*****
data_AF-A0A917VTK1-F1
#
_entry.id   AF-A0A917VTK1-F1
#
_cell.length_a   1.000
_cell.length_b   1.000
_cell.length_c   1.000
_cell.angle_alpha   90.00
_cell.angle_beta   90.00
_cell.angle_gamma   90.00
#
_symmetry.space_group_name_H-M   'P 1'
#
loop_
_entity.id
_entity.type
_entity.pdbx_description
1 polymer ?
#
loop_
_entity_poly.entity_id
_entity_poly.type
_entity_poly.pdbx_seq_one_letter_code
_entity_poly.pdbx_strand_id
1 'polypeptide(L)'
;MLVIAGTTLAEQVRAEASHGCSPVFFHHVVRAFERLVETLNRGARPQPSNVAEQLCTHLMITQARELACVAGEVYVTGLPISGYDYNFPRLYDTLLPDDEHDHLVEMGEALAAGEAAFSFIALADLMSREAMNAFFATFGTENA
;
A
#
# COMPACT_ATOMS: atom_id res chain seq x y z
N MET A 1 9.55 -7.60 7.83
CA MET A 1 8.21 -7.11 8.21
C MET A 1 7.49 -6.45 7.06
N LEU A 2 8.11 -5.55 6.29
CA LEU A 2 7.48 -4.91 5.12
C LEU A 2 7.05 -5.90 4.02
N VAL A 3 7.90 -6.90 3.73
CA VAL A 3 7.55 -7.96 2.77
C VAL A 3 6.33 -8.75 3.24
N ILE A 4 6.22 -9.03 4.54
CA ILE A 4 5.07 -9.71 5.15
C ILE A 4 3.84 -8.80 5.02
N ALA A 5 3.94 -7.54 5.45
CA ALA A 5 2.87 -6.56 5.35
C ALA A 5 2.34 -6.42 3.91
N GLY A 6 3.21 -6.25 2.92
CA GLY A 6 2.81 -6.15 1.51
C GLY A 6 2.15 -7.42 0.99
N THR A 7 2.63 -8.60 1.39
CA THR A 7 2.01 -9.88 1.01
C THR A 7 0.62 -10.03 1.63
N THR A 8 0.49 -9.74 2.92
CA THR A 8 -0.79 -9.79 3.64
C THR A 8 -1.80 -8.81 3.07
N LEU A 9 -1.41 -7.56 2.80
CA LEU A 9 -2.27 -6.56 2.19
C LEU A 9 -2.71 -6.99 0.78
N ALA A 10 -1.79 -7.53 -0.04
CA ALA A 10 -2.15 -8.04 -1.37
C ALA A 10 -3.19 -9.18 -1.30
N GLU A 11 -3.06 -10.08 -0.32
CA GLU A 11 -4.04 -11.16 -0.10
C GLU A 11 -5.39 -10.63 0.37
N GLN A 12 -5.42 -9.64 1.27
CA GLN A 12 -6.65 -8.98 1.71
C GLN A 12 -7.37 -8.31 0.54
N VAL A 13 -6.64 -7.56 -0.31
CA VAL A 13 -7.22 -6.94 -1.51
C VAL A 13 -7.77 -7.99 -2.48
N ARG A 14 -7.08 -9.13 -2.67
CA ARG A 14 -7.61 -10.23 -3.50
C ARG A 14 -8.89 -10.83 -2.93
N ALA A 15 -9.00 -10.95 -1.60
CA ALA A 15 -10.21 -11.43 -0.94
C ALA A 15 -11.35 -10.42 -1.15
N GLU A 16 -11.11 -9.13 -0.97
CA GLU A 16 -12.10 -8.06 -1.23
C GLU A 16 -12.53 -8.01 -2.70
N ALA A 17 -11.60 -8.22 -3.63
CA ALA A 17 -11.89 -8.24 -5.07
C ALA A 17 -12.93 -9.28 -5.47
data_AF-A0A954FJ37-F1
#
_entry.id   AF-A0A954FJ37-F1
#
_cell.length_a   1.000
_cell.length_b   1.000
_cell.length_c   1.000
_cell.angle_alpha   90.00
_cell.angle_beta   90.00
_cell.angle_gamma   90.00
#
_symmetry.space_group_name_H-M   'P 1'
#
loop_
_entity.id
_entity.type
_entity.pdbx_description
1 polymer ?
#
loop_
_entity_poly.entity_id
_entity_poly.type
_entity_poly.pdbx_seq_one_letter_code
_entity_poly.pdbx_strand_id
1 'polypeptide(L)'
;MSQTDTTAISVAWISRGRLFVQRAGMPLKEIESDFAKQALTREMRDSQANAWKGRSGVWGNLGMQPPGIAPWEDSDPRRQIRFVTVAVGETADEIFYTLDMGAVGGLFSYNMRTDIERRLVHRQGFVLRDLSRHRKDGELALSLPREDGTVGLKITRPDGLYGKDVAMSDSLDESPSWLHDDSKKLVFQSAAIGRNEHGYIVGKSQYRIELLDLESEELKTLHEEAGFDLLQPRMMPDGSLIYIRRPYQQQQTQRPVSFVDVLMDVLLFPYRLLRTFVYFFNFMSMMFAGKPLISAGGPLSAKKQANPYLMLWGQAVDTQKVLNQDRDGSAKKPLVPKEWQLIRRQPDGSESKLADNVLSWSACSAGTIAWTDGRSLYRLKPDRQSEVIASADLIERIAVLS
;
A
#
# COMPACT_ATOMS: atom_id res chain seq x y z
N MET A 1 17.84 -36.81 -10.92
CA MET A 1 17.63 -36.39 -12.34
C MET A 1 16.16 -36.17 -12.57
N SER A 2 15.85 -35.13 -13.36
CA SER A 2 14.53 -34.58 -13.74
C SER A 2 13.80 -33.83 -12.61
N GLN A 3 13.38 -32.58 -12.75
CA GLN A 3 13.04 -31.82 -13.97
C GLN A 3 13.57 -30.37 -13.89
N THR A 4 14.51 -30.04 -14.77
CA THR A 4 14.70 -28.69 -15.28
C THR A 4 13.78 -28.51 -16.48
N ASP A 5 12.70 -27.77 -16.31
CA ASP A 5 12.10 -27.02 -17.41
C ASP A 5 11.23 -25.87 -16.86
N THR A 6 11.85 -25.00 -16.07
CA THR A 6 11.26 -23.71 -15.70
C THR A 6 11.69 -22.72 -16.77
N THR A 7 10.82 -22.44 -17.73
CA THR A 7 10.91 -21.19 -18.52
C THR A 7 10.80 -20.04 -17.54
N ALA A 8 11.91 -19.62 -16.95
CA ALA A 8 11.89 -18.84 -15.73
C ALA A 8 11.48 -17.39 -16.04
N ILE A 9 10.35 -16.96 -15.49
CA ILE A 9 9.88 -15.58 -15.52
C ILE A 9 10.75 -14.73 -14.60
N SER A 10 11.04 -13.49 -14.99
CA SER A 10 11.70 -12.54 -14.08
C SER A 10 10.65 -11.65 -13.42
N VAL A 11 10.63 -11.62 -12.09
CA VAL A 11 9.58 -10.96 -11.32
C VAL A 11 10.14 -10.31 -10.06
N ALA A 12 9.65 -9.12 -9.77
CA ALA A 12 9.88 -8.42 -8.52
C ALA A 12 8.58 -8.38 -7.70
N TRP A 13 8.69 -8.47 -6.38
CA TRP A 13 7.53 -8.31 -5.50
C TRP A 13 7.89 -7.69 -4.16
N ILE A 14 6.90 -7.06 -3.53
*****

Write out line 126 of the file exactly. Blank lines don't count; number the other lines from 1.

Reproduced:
C ASP A 5 11.23 -25.87 -16.86